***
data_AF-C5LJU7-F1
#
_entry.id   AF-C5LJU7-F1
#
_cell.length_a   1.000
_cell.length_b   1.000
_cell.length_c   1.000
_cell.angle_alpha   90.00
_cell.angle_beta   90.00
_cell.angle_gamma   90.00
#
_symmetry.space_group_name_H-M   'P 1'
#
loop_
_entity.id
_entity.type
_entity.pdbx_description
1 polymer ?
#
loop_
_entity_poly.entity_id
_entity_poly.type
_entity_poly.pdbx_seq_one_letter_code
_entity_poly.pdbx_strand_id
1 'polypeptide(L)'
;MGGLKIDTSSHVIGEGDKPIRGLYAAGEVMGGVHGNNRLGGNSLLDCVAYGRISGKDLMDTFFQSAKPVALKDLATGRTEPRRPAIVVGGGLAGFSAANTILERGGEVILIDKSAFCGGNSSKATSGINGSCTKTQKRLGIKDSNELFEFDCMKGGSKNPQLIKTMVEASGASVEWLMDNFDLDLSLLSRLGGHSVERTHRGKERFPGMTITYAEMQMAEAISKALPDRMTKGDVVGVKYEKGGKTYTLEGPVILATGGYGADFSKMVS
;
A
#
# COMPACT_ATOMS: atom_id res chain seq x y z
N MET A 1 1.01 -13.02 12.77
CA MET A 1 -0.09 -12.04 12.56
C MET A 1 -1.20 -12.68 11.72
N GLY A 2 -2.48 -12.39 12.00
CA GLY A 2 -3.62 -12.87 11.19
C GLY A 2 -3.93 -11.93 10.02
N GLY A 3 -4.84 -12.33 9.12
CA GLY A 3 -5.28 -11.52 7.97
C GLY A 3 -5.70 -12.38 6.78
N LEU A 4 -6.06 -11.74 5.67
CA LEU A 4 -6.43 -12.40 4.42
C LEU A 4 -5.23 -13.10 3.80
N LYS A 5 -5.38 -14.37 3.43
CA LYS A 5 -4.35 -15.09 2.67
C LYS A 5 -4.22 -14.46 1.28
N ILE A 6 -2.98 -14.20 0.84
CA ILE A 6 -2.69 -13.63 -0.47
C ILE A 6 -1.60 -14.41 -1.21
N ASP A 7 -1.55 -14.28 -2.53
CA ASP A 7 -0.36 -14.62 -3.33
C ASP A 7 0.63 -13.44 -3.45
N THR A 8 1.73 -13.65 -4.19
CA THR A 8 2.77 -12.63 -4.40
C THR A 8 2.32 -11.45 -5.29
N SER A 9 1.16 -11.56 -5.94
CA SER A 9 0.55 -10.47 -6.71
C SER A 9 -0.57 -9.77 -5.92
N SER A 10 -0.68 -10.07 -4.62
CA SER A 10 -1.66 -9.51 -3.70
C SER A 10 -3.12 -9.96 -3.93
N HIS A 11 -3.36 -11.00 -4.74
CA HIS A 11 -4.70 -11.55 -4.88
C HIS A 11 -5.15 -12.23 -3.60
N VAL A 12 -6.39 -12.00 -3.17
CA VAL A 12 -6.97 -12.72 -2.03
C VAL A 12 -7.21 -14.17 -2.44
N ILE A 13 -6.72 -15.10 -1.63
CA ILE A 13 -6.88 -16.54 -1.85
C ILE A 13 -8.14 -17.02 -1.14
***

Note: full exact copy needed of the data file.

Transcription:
data_AF-C5LJU7-F1
#
_entry.id   AF-C5LJU7-F1
#
_cell.length_a   1.000
_cell.length_b   1.000
_cell.length_c   1.000
_cell.angle_alpha   90.00
_cell.angle_beta   90.00
_cell.angle_gamma   90.00
#
_symmetry.space_group_name_H-M   'P 1'
#
loop_
_entity.id
_entity.type
_entity.pdbx_description
1 polymer ?
#
loop_
_entity_poly.entity_id
_entity_poly.type
_entity_poly.pdbx_seq_one_letter_code
_entity_poly.pdbx_strand_id
1 'polypeptide(L)'
;MGGLKIDTSSHVIGEGDKPIRGLYAAGEVMGGVHGNNRLGGNSLLDCVAYGRISGKDLMDTFFQSAKPVALKDLATGRTEPRRPAIVVGGGLAGFSAANTILERGGEVILIDKSAFCGGNSSKATSGINGSCTKTQKRLGIKDSNELFEFDCMKGGSKNPQLIKTMVEASGASVEWLMDNFDLDLSLLSRLGGHSVERTHRGKERFPGMTITYAEMQMAEAISKALPDRMTKGDVVGVKYEKGGKTYTLEGPVILATGGYGADFSKMVS
;
A
#
# COMPACT_ATOMS: atom_id res chain seq x y z
N MET A 1 1.01 -13.02 12.77
CA MET A 1 -0.09 -12.04 12.56
C MET A 1 -1.20 -12.68 11.72
N GLY A 2 -2.48 -12.39 12.00
CA GLY A 2 -3.62 -12.87 11.19
C GLY A 2 -3.93 -11.93 10.02
N GLY A 3 -4.84 -12.33 9.12
CA GLY A 3 -5.28 -11.52 7.97
C GLY A 3 -5.70 -12.38 6.78
N LEU A 4 -6.06 -11.74 5.67
CA LEU A 4 -6.43 -12.40 4.42
C LEU A 4 -5.23 -13.10 3.80
N LYS A 5 -5.38 -14.37 3.43
CA LYS A 5 -4.35 -15.09 2.67
C LYS A 5 -4.22 -14.46 1.28
N ILE A 6 -2.98 -14.20 0.84
CA ILE A 6 -2.69 -13.63 -0.47
C ILE A 6 -1.60 -14.41 -1.21
N ASP A 7 -1.55 -14.28 -2.53
CA ASP A 7 -0.36 -14.62 -3.33
C ASP A 7 0.63 -13.44 -3.45
N THR A 8 1.73 -13.65 -4.19
CA THR A 8 2.77 -12.63 -4.40
C THR A 8 2.32 -11.45 -5.29
N SER A 9 1.16 -11.56 -5.94
CA SER A 9 0.55 -10.47 -6.71
C SER A 9 -0.57 -9.77 -5.92
N SER A 10 -0.68 -10.07 -4.62
CA SER A 10 -1.66 -9.51 -3.70
C SER A 10 -3.12 -9.96 -3.93
N HIS A 11 -3.36 -11.00 -4.74
CA HIS A 11 -4.70 -11.55 -4.88
C HIS A 11 -5.15 -12.23 -3.60
N VAL A 12 -6.39 -12.00 -3.17
CA VAL A 12 -6.97 -12.72 -2.03
C VAL A 12 -7.21 -14.17 -2.44
N ILE A 13 -6.72 -15.10 -1.63
CA ILE A 13 -6.88 -16.54 -1.85
C ILE A 13 -8.14 -17.02 -1.14